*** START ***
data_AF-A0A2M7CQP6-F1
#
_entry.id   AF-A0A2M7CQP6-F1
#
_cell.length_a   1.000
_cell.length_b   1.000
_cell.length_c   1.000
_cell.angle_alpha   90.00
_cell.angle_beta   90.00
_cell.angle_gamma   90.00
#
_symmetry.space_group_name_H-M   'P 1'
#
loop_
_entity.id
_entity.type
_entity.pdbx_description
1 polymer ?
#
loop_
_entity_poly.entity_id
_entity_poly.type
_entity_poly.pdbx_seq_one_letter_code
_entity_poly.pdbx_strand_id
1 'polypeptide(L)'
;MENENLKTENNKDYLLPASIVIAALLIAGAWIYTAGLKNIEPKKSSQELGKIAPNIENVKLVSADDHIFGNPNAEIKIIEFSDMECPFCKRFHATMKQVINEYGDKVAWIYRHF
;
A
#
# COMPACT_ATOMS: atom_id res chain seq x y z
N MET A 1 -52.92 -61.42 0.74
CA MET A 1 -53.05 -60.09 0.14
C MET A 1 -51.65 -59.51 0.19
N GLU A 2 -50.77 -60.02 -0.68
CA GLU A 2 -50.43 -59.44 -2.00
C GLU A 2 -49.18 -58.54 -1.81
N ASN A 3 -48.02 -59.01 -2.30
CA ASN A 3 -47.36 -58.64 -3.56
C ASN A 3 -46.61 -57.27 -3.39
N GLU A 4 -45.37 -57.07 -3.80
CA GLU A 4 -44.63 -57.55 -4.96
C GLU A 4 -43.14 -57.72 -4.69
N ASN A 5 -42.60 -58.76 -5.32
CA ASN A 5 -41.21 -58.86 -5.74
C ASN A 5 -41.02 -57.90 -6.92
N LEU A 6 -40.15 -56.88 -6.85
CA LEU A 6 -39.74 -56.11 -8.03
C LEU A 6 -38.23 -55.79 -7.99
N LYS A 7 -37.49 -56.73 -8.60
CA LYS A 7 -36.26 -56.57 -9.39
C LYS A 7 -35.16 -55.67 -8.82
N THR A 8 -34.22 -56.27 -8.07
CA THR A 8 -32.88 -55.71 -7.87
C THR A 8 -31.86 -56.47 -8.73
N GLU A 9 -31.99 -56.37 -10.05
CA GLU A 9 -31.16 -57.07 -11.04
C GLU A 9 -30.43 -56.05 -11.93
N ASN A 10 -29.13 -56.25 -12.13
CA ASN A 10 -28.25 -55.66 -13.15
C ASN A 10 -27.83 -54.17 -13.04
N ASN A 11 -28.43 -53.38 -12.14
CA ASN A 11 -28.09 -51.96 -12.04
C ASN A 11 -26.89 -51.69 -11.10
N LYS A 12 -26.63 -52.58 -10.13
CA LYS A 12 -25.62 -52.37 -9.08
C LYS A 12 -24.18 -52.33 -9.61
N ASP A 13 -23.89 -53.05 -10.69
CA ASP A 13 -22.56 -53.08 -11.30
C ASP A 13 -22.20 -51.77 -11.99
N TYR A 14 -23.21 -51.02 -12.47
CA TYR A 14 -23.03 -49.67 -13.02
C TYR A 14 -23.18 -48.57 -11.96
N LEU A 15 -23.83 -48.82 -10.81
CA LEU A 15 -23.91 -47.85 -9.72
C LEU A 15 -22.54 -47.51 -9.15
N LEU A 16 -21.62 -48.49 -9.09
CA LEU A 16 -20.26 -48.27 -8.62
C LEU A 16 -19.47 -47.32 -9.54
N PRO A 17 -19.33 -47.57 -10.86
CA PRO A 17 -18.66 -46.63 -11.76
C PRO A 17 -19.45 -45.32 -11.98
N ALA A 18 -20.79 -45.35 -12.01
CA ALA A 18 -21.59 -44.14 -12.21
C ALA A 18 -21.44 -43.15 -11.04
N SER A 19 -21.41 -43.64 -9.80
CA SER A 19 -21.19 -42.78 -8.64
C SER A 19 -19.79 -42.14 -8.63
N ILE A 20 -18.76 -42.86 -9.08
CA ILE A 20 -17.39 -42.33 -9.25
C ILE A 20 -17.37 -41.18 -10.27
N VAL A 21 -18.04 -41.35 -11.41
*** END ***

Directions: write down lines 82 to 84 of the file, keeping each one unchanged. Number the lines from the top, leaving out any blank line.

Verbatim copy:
N ALA A 18 -20.79 -45.35 -12.01
CA ALA A 18 -21.59 -44.14 -12.21
C ALA A 18 -21.44 -43.15 -11.04